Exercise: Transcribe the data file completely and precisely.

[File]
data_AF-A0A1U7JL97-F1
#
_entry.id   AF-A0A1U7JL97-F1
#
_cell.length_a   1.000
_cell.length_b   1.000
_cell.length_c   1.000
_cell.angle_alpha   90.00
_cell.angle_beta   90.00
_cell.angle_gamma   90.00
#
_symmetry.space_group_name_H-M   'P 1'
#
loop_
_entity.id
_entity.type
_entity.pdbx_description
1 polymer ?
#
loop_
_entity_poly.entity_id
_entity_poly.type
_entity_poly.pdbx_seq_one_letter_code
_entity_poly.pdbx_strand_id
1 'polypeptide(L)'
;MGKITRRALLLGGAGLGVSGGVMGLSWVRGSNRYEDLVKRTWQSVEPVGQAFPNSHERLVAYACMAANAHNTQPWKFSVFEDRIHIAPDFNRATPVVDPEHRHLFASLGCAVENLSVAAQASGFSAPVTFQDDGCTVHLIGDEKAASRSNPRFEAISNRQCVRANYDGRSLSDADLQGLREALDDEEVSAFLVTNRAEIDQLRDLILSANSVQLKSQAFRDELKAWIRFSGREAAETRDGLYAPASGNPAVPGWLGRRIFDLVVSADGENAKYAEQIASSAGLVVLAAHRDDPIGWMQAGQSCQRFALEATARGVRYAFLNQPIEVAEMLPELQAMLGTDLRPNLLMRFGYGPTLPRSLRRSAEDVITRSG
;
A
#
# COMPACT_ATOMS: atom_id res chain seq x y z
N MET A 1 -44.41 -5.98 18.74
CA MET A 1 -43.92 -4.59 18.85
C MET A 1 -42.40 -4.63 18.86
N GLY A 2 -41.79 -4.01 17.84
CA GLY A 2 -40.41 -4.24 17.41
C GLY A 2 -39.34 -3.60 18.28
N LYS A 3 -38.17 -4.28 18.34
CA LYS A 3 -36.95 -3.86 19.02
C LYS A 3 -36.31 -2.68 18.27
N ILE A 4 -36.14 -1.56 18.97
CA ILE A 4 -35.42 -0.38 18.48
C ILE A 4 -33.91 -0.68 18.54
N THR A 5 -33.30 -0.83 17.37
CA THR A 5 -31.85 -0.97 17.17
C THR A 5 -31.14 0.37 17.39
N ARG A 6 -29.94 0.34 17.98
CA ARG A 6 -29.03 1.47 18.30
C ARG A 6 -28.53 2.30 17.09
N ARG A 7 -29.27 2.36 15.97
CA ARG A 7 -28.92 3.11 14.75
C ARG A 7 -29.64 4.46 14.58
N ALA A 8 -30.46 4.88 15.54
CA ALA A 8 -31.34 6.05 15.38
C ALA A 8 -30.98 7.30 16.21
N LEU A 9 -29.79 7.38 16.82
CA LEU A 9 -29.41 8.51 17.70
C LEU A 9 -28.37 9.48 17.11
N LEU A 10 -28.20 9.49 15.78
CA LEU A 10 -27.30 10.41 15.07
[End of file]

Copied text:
data_AF-A0A1U7JL97-F1
#
_entry.id   AF-A0A1U7JL97-F1
#
_cell.length_a   1.000
_cell.length_b   1.000
_cell.length_c   1.000
_cell.angle_alpha   90.00
_cell.angle_beta   90.00
_cell.angle_gamma   90.00
#
_symmetry.space_group_name_H-M   'P 1'
#
loop_
_entity.id
_entity.type
_entity.pdbx_description
1 polymer ?
#
loop_
_entity_poly.entity_id
_entity_poly.type
_entity_poly.pdbx_seq_one_letter_code
_entity_poly.pdbx_strand_id
1 'polypeptide(L)'
;MGKITRRALLLGGAGLGVSGGVMGLSWVRGSNRYEDLVKRTWQSVEPVGQAFPNSHERLVAYACMAANAHNTQPWKFSVFEDRIHIAPDFNRATPVVDPEHRHLFASLGCAVENLSVAAQASGFSAPVTFQDDGCTVHLIGDEKAASRSNPRFEAISNRQCVRANYDGRSLSDADLQGLREALDDEEVSAFLVTNRAEIDQLRDLILSANSVQLKSQAFRDELKAWIRFSGREAAETRDGLYAPASGNPAVPGWLGRRIFDLVVSADGENAKYAEQIASSAGLVVLAAHRDDPIGWMQAGQSCQRFALEATARGVRYAFLNQPIEVAEMLPELQAMLGTDLRPNLLMRFGYGPTLPRSLRRSAEDVITRSG
;
A
#
# COMPACT_ATOMS: atom_id res chain seq x y z
N MET A 1 -44.41 -5.98 18.74
CA MET A 1 -43.92 -4.59 18.85
C MET A 1 -42.40 -4.63 18.86
N GLY A 2 -41.79 -4.01 17.84
CA GLY A 2 -40.41 -4.24 17.41
C GLY A 2 -39.34 -3.60 18.28
N LYS A 3 -38.17 -4.28 18.34
CA LYS A 3 -36.95 -3.86 19.02
C LYS A 3 -36.31 -2.68 18.27
N ILE A 4 -36.14 -1.56 18.97
CA ILE A 4 -35.42 -0.38 18.48
C ILE A 4 -33.91 -0.68 18.54
N THR A 5 -33.30 -0.83 17.37
CA THR A 5 -31.85 -0.97 17.17
C THR A 5 -31.14 0.37 17.39
N ARG A 6 -29.94 0.34 17.98
CA ARG A 6 -29.03 1.47 18.30
C ARG A 6 -28.53 2.30 17.09
N ARG A 7 -29.27 2.36 15.97
CA ARG A 7 -28.92 3.11 14.75
C ARG A 7 -29.64 4.46 14.58
N ALA A 8 -30.46 4.88 15.54
CA ALA A 8 -31.34 6.05 15.38
C ALA A 8 -30.98 7.30 16.21
N LEU A 9 -29.79 7.38 16.82
CA LEU A 9 -29.41 8.51 17.70
C LEU A 9 -28.37 9.48 17.11
N LEU A 10 -28.20 9.49 15.78
CA LEU A 10 -27.30 10.41 15.07